Last week, a bearded sanyasi in a five-metre saffron sarong became the most sought after single in India. He had, a day earlier, turned down the prime minister’s appeal to desist from his satyagraha. Breaking all protocol and ignoring political humiliation, Prime Minister Manmohan Singh directed four of his senior ministers and the cabinet secretary to drive down to Indira Gandhi airport and persuade Baba Ramdev to abandon his indefinite fast against black money—a delegation worthy of greeting a visiting head of state. It was an unprecedented 18 km journey for Finance Minister Pranab Mukherjee, Human Resource Development Minister Kapil Sibal, Tourism Minister Subodh Kant Sahai and Parliamentary Affairs Minister Pawan Bansal accompanied by a retinue of senior officials, including Cabinet Secretary K M Chandrasekar—even German Chancellor Angela Merkel was not given such a welcome. Even Jai Prakash Narayan whose movement led to the ouster of the Congress government in 1977 wasn’t accorded such an honour. Indira Gandhi, the then Prime Minister, just ignored him at her own peril. But Manmohan Singh is not willing to walk that perilous path. The two-and-a-half-hour meeting in the airport lounge between the yoga guru and the Group of Ministers revealed the contours of the power shift in the nation’s ruling echelons. While the Baba dictated and directed the agenda for the discussion, it was clear that those who claim the mandate of the people were utterly helpless in front of a person who had just threatened to start an agitation. The Awesome Foursome of the Congress were forced to establish their credibility and credentials to a Single who had never fought an election. It was a decisive victory of a Single over the Gang of Four.
It wasn’t for the first time that UPA II had lost to a Single. Last month too, the Government panicked and surrendered to Anna Hazare, yet another white dhotiand- Gandhi cap-wearing Single. As he sat on a choreographed hunger strike at New Delhi’s Jantar Mantar, the Government sent ministerial emissaries and finally conceded to Anna’s demand for the appointment of a joint panel to suggest a new draft for a Lokpal Bill. Even at that point of time, the Government created yet another precedent: for the first time since Independence, it involved civil society leaders in drafting a legislation. Former Prime Minister Jawahar Lal Nehru had in the 1950s sought the opinion of other parties and civil society on the Hindu Code Bill, but only after it had been adopted by the Cabinet. From the day the UPA Government constituted the panel, it is Single Hazare and not the ministers who have been setting the pace and nature of the discussion on the proposed Bill.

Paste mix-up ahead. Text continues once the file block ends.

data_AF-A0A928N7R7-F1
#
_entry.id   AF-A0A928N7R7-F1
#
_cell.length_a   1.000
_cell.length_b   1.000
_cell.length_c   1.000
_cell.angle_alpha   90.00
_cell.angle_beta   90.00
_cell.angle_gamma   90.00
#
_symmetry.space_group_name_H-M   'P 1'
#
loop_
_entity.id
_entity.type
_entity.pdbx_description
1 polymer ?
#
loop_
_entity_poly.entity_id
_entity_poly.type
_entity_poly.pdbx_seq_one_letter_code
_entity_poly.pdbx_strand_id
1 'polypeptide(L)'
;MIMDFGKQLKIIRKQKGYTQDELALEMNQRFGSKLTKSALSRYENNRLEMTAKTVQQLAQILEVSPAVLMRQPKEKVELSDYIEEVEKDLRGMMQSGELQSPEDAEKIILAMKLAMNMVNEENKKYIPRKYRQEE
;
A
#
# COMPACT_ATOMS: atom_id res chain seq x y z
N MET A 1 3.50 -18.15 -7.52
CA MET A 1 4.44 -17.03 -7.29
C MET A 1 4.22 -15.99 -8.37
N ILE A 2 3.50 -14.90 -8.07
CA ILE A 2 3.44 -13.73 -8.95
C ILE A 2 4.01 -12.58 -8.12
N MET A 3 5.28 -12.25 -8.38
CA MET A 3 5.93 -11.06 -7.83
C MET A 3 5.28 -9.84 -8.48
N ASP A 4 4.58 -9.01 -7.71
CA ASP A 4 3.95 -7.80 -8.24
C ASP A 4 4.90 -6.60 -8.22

The rise of both Hazare and Ramdev symbolise the emergence of civil society leaders without clannish or political baggage. Both come from ordinary families and have not studied in elite educational institutions. Still they have acquired national acceptability and credibility by virtue of their work, not just words. The victory of political leaders like J Jayalalithaa, Naveen Patnaik, Mayawati and Mamata Banerjee is also significant as all of them could cut the political Gordian knot because they were not crippled by family considerations or fear of putting their successors in trouble. But none of the above command the widespread social acceptability the Hazare and Ramdev duo does. Though both are fighting for the same cause, they represent an entirely different class and community spectrum. Hazare was catapulted to public prominence by the left-ofcentre upper middle class. When he began his fast, Hazare was visited by Bollywood glitteratti, members of the exclusive chatteratti club from Lutyen’s Delhi as well as a few corporate leaders. Hazare’s team mesmerised the classes and monopolised prime time news. While he nourished his middle class constituency, Hazare ignored people like Ramdev. Since the timing of Hazare’s fast coincided—knowingly or unknowingly—with the Assembly polls, UPA leaders hurriedly cajoled the Gandhian into accepting a 10-member panel to solve the impasse. Hazare didn’t compromise on his basic demands but he did yield to his secular promoters, sparing the political leadership and choosing to attack Gujarat Chief Minister Narendra Modi on corruption—a charge that carries no credibility. But the Government’s reprieve was short-lived.
As the Manmohan administration began its confabulations with Team Hazare, Baba Ramdev took the establishment by surprise by taking on the Government in a manner more organised than his colleague-in-fasting. Not only did he expand the scope of his movement by making black money the central issue, but he also exhorted his followers in 600-odd districts to join. Unlike Hazare, who used social media, the Baba activated his massive following. For the Congress, it was like eating crow. In spite of its contrarian motormouth general secretary Digvijaya Singh constantly attacking Ramdev, the Baba is unperturbed. Obviously neither Singh nor his party are aware of the massive following Ramdev—hailing from a remote Haryana village—has acquired. The Congress made the crippling mistake of considering him just another baba teaching followers how to breathe. But last week, Pranabda and his colleagues realised to their regret that Baba Ramdev could breathe fire as well—one that could easily become a conflagration that may consume this Government. email@example.com